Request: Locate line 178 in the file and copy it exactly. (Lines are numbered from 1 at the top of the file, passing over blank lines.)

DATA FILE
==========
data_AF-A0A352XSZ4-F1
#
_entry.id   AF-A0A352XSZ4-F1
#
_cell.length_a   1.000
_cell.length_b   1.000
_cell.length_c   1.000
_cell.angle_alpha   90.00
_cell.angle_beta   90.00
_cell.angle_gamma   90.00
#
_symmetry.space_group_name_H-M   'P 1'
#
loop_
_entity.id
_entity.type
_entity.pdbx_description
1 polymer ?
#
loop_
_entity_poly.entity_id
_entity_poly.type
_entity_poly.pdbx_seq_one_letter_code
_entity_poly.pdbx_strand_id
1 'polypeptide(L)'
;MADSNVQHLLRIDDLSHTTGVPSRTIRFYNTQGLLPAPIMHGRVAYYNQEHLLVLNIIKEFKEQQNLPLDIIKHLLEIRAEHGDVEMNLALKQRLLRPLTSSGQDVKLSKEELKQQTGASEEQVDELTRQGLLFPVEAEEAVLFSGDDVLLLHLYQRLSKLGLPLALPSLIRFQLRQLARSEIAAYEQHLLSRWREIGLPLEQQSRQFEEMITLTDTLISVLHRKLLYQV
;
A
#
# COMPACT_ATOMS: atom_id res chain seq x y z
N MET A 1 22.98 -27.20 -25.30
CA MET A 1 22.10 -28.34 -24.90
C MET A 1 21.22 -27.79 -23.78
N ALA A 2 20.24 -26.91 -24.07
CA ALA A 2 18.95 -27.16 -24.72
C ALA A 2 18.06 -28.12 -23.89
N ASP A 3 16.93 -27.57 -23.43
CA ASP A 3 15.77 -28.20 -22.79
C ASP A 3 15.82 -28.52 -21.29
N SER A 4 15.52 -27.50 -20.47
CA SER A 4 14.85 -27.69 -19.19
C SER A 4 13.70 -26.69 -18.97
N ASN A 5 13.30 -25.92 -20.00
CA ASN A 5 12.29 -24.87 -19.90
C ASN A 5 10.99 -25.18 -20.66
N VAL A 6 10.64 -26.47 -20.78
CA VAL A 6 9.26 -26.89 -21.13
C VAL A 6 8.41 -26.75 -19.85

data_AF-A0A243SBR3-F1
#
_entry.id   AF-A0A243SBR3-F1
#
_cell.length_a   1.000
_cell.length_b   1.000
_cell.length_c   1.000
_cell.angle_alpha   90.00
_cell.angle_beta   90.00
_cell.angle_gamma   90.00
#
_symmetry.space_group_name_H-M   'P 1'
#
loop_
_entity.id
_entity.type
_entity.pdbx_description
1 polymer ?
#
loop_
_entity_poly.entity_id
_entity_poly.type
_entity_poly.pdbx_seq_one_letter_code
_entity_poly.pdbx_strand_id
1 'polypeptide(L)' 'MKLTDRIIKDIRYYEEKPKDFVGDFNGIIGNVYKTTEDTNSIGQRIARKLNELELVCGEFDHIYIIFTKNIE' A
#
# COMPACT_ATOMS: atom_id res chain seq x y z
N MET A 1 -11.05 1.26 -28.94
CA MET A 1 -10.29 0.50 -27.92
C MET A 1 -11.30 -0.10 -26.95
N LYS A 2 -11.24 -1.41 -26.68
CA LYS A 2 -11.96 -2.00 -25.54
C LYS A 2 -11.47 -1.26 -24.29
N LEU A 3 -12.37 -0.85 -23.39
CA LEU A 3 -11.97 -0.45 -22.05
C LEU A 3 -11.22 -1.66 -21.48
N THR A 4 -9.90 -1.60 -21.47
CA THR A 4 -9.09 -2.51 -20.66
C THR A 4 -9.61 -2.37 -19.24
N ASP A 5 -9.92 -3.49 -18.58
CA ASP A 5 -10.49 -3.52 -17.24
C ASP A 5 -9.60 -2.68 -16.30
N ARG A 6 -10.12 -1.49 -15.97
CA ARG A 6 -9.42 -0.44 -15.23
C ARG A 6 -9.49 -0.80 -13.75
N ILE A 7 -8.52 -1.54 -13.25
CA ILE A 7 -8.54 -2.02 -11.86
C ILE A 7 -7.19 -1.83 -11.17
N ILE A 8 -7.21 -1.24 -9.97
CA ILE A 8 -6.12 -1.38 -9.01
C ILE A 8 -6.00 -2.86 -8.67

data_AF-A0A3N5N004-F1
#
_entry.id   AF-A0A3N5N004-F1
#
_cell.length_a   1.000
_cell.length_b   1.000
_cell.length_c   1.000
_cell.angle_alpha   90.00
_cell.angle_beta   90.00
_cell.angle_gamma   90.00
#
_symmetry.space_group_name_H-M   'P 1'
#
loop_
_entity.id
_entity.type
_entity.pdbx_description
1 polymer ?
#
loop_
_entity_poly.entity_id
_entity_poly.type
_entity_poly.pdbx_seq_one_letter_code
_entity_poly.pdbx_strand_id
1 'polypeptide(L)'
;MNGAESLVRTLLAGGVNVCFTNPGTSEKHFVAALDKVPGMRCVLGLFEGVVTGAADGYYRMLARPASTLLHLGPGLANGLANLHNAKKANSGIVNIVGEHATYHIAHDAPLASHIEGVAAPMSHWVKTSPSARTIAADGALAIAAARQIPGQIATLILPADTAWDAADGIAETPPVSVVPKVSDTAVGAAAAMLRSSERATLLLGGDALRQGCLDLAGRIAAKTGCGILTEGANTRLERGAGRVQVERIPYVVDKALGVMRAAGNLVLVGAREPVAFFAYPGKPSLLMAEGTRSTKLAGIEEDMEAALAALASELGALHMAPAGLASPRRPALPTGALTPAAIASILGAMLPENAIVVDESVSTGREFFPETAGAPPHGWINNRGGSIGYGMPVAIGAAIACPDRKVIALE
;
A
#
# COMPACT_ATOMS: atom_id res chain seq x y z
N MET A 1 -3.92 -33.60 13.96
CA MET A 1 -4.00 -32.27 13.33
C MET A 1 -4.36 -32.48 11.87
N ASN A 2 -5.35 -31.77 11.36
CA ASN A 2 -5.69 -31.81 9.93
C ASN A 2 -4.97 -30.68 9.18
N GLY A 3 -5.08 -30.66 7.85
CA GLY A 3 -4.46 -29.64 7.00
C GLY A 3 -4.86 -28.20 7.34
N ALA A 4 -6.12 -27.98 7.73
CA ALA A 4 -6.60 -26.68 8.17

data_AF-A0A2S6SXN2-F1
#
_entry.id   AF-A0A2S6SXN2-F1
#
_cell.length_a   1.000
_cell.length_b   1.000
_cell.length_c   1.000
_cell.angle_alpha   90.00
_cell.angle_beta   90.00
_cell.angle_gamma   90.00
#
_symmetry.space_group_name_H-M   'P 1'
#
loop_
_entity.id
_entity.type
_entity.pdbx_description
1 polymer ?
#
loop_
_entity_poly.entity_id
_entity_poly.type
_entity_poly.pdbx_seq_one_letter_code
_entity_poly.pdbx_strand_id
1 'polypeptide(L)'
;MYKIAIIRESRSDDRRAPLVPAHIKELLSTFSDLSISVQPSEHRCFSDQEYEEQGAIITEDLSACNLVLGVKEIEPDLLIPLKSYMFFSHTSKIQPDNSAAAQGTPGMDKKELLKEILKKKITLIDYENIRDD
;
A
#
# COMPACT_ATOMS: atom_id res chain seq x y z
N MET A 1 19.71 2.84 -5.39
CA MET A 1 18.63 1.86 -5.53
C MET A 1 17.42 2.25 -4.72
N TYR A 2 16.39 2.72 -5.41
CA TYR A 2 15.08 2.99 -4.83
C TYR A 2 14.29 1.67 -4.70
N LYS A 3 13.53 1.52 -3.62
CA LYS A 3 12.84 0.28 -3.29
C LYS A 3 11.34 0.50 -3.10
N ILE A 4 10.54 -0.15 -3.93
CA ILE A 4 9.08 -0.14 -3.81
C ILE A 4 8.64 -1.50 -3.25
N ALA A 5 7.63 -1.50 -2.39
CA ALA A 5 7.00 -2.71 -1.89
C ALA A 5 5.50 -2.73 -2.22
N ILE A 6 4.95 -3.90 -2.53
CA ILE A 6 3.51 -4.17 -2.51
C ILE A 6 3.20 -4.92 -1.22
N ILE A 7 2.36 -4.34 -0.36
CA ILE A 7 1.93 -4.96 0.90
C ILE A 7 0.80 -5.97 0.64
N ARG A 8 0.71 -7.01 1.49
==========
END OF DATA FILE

CA LYS A 3 12.84 0.28 -3.29